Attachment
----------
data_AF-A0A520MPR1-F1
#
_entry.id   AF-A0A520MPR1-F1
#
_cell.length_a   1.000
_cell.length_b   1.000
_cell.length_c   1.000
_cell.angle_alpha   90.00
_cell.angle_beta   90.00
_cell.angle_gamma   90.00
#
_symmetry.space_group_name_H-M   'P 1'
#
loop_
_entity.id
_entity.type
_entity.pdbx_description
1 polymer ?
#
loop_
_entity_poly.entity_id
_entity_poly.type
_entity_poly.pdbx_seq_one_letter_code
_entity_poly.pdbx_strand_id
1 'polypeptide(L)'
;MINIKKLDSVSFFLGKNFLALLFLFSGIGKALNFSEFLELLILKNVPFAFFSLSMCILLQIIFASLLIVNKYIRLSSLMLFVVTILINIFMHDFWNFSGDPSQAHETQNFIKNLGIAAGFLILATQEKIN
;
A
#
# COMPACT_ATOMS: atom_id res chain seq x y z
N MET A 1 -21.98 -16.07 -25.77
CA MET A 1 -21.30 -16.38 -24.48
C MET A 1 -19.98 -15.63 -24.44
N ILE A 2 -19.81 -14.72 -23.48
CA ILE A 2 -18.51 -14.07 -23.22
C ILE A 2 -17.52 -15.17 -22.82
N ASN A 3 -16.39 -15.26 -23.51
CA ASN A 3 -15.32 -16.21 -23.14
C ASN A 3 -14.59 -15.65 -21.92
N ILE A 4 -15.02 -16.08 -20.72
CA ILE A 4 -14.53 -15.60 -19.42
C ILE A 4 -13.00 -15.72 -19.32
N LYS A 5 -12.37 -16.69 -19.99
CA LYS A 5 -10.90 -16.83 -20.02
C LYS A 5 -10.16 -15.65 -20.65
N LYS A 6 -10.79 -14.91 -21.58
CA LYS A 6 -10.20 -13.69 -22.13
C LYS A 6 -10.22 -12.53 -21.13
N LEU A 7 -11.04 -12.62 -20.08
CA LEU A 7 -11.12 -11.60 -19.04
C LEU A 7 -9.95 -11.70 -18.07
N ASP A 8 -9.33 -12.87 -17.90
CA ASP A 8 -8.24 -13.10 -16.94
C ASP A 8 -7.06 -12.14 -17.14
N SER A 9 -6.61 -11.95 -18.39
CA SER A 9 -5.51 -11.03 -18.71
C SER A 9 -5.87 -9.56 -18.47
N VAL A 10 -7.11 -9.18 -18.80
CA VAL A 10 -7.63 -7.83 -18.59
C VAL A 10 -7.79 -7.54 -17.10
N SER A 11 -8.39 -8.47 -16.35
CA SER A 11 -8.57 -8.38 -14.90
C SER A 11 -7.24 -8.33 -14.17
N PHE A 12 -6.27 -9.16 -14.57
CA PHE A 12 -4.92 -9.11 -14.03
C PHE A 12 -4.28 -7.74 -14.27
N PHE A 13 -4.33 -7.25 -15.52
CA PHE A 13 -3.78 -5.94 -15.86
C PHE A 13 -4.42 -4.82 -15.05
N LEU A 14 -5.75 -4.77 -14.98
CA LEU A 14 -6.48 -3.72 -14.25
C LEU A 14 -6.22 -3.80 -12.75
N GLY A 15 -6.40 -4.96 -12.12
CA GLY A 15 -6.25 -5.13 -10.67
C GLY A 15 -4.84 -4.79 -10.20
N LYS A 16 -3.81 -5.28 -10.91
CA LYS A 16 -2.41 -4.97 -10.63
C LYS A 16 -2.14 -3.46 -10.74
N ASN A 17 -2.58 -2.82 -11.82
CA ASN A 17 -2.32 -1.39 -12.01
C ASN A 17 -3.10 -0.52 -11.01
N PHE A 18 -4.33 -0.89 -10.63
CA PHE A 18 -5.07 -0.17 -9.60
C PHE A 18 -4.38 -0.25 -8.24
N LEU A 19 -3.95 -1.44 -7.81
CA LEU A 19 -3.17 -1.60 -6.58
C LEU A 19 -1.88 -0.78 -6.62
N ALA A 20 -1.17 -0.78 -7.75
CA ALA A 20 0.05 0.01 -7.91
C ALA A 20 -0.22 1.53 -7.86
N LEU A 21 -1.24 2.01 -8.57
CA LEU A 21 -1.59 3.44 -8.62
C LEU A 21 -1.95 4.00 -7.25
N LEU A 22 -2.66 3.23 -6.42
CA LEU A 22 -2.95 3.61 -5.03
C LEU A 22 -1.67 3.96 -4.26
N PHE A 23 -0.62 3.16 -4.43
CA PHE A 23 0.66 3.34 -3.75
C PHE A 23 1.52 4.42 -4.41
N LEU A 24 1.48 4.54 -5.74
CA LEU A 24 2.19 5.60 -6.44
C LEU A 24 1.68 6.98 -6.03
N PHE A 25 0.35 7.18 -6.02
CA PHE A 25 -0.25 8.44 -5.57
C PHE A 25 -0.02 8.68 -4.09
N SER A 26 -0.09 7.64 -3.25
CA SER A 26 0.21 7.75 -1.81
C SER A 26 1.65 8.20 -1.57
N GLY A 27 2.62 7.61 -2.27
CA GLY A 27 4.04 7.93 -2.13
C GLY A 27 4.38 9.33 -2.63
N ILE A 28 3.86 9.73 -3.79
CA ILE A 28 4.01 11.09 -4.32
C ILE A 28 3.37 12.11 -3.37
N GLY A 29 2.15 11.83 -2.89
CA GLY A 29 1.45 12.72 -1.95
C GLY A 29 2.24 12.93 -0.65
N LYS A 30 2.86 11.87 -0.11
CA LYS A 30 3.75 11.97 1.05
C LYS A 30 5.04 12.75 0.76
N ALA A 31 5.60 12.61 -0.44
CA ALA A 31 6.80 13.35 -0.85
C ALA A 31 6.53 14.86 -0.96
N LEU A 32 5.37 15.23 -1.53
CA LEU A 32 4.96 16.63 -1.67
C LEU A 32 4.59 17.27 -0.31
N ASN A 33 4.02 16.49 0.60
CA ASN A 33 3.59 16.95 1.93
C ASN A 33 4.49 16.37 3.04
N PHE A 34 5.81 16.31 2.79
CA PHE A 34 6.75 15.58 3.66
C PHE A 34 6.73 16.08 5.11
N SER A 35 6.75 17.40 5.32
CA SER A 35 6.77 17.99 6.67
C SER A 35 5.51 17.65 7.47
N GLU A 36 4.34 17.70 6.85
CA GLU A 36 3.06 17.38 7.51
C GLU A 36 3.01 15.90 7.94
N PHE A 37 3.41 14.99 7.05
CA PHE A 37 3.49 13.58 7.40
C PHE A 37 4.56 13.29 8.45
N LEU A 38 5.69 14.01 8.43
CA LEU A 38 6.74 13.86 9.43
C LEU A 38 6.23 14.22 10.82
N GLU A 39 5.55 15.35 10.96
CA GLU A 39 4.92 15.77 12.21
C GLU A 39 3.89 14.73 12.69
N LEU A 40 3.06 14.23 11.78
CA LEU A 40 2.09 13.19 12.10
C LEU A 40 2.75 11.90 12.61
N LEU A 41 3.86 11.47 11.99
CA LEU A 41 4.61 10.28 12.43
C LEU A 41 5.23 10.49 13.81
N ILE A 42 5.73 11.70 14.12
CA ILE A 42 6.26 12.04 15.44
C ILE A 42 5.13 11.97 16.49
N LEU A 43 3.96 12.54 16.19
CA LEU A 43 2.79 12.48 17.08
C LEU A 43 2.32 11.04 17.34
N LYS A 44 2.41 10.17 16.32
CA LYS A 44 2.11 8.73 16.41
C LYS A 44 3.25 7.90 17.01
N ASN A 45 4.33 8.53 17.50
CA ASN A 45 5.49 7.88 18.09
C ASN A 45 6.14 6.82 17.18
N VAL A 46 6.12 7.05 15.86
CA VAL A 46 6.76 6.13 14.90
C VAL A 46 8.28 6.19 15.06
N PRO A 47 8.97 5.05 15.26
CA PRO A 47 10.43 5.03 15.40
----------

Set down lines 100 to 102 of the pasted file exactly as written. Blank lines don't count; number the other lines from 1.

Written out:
N LEU A 24 1.48 4.54 -5.74
CA LEU A 24 2.19 5.60 -6.44
C LEU A 24 1.68 6.98 -6.03